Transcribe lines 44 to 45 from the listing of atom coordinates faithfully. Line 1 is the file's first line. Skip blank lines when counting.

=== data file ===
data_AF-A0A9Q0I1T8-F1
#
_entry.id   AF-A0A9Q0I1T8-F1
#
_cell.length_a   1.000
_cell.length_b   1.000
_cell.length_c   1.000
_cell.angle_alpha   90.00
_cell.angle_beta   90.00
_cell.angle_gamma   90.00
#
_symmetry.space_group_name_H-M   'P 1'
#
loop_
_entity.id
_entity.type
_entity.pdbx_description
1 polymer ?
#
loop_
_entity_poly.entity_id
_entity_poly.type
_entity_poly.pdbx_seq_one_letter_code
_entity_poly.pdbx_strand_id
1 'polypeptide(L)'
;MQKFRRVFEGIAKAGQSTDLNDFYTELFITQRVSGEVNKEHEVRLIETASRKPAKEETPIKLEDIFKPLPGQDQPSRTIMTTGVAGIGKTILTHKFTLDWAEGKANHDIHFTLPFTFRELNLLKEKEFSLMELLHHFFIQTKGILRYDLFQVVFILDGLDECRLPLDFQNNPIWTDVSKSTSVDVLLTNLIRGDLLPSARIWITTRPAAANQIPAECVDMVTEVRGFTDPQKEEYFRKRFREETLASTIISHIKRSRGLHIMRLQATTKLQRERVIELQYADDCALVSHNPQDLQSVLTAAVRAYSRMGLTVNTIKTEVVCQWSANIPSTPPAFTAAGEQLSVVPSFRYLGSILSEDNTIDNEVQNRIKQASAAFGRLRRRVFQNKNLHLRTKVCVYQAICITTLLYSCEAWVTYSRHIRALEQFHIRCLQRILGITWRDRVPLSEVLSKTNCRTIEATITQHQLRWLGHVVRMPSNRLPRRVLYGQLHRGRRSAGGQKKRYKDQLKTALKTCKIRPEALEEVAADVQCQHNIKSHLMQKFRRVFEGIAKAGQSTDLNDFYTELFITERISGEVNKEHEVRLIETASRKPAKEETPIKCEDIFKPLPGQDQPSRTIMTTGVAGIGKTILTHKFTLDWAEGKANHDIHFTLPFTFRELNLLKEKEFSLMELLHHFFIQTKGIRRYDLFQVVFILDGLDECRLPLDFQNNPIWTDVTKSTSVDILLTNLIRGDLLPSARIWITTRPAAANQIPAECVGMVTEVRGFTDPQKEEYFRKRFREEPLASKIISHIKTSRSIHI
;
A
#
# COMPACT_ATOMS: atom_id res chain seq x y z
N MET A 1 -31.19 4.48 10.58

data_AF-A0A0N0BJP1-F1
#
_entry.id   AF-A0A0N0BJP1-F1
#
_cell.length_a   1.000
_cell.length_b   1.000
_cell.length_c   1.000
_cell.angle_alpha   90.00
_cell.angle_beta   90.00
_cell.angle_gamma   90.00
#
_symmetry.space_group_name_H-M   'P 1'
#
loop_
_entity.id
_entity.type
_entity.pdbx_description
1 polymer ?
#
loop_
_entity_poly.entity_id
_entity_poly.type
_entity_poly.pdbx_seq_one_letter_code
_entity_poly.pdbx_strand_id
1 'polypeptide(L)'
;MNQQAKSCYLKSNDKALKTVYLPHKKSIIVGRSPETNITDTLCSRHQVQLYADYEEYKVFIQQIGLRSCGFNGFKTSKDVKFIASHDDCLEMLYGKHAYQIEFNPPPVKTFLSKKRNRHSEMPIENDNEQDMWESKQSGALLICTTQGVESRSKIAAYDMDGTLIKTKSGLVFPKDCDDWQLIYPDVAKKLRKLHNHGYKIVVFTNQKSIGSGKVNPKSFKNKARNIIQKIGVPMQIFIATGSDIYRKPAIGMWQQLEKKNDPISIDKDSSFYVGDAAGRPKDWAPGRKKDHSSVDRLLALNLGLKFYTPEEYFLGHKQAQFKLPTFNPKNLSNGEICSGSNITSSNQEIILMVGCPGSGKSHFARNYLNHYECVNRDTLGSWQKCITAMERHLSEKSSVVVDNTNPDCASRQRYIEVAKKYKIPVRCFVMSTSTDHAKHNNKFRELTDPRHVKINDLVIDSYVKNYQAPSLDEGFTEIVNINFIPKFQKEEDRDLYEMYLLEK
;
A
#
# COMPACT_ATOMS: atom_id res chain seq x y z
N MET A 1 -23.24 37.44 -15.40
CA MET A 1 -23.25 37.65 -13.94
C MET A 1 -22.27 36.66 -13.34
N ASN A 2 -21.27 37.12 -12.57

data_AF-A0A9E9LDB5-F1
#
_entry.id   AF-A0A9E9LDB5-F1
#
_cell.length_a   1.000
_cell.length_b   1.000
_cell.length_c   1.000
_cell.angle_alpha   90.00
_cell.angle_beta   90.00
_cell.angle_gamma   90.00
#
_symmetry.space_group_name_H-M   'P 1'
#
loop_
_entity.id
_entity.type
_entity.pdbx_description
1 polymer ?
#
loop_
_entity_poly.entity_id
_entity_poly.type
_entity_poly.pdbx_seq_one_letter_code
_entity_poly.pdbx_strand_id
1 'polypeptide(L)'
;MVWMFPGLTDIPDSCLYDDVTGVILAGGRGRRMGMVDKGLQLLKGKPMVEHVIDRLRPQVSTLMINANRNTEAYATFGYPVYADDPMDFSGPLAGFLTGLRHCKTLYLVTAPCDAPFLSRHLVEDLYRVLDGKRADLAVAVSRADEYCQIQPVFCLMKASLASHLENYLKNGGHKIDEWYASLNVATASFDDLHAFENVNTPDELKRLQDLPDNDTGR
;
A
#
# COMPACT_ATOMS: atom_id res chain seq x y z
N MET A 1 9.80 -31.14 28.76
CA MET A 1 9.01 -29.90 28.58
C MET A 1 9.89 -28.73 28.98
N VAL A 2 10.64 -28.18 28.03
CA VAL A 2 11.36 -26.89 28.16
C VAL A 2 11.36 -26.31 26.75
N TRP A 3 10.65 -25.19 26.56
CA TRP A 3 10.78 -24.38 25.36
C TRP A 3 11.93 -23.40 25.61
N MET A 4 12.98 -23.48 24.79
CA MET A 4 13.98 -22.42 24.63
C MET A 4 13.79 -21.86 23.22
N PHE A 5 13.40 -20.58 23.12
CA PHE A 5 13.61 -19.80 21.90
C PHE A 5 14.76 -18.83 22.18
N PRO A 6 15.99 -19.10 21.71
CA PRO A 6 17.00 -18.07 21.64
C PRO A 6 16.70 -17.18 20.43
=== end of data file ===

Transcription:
#
loop_